E12: we performed training with tutors in some courses and it was a very interesting experience.

This reflects as in many previous studies the need to maintain a continuing education, as a process of establishment with curriculum changes that allow professors to perform their role, the training of professionals that contribute to the reorientation of the health care system (Perim, 2009) .

E7: teacher training within this curriculum reform was initially though courses. Then many courses were created within the methodology. We seek to develop continuing education every week, based on professors’ difficulties, what is found in their daily routine.

E13: (integration of the area and basic-clinical faculty) is a learning lesson because it has been important for both areas. One of the most important challenges is the change of posture of the faculty regarding curriculum proposal.

In a survey conducted in a school on curriculum change, the coordinator of the medical school, in turn, considers concerns of professors legitimate, but attributes much of the criticism to misinformation and lack of dialogue among departments. Absence of some professors at meetings where they organize themselves, schedules and term programs, and there is no doubt there was no consensus on the new curriculum (Koifman, 2001) .

There is a national involvement for this change, but the distortions and difficulties are enhanced by the existing economic model, as well as by power struggles, factors that are acknowledged but not used in this research.

4. Conclusion

For a curriculum change to be consolidated it is necessary to overcome several barriers, as the starting point teaching practices, contents and teaching manners and processes are deeply rooted. It is necessary to change the teaching practice and understand that the traditional model of teaching must overcome the simple role of reproduction and transmission of knowledge and become the engine of changes and disseminator of postures.

The relationship among groups and individuals involved in the training of doctors also reflects delicate and large proportions changes both in the institution and in the way each individual works for the professional education to meet the real needs established.

The reciprocal interaction among managers of Education Systems and SUS will enable the creation of real conditions for the use of both systems with better technical quality care and teaching-learning process (Souza et al., 2012) .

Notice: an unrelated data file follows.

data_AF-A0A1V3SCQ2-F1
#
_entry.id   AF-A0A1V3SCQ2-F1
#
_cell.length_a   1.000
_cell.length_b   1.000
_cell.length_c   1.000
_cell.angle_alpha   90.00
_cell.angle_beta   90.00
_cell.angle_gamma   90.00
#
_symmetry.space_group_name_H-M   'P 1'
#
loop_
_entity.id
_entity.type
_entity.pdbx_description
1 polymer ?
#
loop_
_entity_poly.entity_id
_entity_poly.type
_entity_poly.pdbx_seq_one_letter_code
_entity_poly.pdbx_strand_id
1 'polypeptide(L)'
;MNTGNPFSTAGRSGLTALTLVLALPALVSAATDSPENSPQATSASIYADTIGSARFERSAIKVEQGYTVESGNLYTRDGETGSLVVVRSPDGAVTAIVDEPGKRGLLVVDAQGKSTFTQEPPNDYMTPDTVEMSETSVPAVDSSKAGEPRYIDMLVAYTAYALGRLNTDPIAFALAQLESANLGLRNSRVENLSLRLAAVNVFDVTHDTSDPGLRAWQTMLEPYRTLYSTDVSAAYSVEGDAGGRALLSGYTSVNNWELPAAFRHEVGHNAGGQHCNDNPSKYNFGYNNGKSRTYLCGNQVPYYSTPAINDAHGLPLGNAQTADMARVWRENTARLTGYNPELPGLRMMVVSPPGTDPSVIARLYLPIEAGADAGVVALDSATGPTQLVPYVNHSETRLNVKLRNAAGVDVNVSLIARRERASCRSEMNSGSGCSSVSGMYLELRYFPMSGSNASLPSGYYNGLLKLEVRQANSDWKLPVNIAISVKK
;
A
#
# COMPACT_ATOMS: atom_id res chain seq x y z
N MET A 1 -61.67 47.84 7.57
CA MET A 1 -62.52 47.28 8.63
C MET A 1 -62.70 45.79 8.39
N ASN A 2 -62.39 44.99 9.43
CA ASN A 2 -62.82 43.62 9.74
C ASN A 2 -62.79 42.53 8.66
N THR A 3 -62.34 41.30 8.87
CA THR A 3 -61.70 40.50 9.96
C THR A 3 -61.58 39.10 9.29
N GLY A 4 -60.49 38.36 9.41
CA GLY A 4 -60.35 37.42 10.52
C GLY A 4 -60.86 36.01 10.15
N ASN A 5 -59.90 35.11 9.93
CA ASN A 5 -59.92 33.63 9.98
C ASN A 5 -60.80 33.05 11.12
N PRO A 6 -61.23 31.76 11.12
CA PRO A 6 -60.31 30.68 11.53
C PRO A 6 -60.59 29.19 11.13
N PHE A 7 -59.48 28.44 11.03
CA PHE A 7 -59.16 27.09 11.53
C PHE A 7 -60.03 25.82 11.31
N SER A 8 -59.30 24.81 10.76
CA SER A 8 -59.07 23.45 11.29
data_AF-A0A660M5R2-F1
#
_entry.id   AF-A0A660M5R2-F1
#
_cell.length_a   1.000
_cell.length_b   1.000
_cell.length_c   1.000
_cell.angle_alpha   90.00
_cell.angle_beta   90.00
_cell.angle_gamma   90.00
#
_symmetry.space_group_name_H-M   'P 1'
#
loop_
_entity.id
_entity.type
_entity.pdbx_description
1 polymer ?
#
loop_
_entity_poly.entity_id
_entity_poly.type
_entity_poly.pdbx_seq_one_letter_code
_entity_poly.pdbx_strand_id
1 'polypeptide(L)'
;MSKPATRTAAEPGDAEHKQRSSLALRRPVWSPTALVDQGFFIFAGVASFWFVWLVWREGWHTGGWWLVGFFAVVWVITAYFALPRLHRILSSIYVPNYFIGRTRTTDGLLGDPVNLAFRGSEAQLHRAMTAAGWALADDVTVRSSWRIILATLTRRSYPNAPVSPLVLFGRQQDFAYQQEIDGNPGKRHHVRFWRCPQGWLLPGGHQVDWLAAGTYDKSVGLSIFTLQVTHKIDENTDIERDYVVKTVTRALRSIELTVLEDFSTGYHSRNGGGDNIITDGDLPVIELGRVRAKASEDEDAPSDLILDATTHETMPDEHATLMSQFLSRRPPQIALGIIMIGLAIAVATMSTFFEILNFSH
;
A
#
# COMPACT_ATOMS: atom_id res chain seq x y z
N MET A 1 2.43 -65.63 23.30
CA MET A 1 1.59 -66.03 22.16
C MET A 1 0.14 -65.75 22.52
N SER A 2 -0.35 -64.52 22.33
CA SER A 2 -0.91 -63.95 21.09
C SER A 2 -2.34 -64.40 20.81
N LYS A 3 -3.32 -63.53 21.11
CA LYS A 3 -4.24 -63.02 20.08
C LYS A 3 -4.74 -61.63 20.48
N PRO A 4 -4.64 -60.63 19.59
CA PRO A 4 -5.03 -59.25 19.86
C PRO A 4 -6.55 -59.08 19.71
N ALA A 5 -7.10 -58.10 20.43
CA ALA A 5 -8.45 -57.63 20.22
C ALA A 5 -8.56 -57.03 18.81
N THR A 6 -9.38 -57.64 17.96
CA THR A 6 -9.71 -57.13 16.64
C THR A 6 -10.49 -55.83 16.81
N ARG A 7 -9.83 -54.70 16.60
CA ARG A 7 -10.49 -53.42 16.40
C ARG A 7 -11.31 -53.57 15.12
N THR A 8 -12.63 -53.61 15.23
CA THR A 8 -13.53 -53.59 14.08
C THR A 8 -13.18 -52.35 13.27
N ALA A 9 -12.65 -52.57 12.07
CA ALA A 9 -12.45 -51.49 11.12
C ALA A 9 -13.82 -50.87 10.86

There are common and important points to be highlighted in schools. The Medical Schools that received PROMED already had a history of change, participating in other programs involving courses in the area of primary health care and actions in the field of Public Health (Souza et al., 2011) .

With the new curriculum guidelines, “learning with hands-on” refers to the need for a greater number of professors/supervisors for students that will carry out activities in the community, as well as reducing class size for practical activities. This saves a huge cost to the institution that often does not include such change.

The education of health care professionals should be understood as an ongoing process that begins during undergraduate studies and continues in the professional life, through the establishment of partnership relations among institutions of higher education, health care services, the community, entities and other sectors of civil society (Souza et al., 2012) .

The changes of the new way of teaching lead professors to a resistance generated by several factors. One of the existing factors is the “loss” of power in the classroom, as teaching should be student-centered, taking away the “focus” from the professor. Professors go from knowledge holder to learning facilitators, allowing students to learn by doing themselves.

Cite this paper
Souza, P. , Da Ros, M. and Bicudo, A. (2017) The Role of Professors in Changing Medicine Programs. Creative Education, 8, 2430-2437. doi: 10.4236/ce.2017.815166.